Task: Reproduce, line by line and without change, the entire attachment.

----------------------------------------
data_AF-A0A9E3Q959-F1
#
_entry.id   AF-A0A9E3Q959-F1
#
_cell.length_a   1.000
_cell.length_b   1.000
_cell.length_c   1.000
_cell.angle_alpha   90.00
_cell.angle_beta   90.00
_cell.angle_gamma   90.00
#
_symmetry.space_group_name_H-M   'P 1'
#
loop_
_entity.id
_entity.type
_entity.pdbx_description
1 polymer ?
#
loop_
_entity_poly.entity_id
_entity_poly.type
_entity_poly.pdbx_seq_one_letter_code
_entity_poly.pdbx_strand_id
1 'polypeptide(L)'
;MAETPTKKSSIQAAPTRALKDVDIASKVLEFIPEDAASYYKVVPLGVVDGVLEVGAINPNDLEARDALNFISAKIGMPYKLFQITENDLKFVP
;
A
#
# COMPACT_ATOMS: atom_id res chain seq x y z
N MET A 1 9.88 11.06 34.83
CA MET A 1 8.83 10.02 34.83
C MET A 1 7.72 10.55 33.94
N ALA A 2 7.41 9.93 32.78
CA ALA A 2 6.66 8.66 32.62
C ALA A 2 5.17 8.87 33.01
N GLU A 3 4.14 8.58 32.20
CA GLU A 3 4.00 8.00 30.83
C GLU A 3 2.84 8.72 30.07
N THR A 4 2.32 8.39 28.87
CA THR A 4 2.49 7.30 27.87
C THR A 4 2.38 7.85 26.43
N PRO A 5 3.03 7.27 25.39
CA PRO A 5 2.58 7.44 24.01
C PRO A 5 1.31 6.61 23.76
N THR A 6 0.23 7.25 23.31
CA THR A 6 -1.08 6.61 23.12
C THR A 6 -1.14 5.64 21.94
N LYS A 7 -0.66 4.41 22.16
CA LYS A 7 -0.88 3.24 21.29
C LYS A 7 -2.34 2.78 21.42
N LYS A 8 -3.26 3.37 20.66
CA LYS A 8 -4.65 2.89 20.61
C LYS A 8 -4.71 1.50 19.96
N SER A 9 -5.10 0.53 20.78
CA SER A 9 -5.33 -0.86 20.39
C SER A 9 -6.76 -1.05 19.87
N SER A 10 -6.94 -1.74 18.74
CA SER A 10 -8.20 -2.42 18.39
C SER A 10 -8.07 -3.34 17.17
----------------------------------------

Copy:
data_AF-A0A9E3Q959-F1
#
_entry.id   AF-A0A9E3Q959-F1
#
_cell.length_a   1.000
_cell.length_b   1.000
_cell.length_c   1.000
_cell.angle_alpha   90.00
_cell.angle_beta   90.00
_cell.angle_gamma   90.00
#
_symmetry.space_group_name_H-M   'P 1'
#
loop_
_entity.id
_entity.type
_entity.pdbx_description
1 polymer ?
#
loop_
_entity_poly.entity_id
_entity_poly.type
_entity_poly.pdbx_seq_one_letter_code
_entity_poly.pdbx_strand_id
1 'polypeptide(L)'
;MAETPTKKSSIQAAPTRALKDVDIASKVLEFIPEDAASYYKVVPLGVVDGVLEVGAINPNDLEARDALNFISAKIGMPYKLFQITENDLKFVP
;
A
#
# COMPACT_ATOMS: atom_id res chain seq x y z
N MET A 1 9.88 11.06 34.83
CA MET A 1 8.83 10.02 34.83
C MET A 1 7.72 10.55 33.94
N ALA A 2 7.41 9.93 32.78
CA ALA A 2 6.66 8.66 32.62
C ALA A 2 5.17 8.87 33.01
N GLU A 3 4.14 8.58 32.20
CA GLU A 3 4.00 8.00 30.83
C GLU A 3 2.84 8.72 30.07
N THR A 4 2.32 8.39 28.87
CA THR A 4 2.49 7.30 27.87
C THR A 4 2.38 7.85 26.43
N PRO A 5 3.03 7.27 25.39
CA PRO A 5 2.58 7.44 24.01
C PRO A 5 1.31 6.61 23.76
N THR A 6 0.23 7.25 23.31
CA THR A 6 -1.08 6.61 23.12
C THR A 6 -1.14 5.64 21.94
N LYS A 7 -0.66 4.41 22.16
CA LYS A 7 -0.88 3.24 21.29
C LYS A 7 -2.34 2.78 21.42
N LYS A 8 -3.26 3.37 20.66
CA LYS A 8 -4.65 2.89 20.61
C LYS A 8 -4.71 1.50 19.96
N SER A 9 -5.10 0.53 20.78
CA SER A 9 -5.33 -0.86 20.39
C SER A 9 -6.76 -1.05 19.87
N SER A 10 -6.94 -1.74 18.74
CA SER A 10 -8.20 -2.42 18.39
C SER A 10 -8.07 -3.34 17.17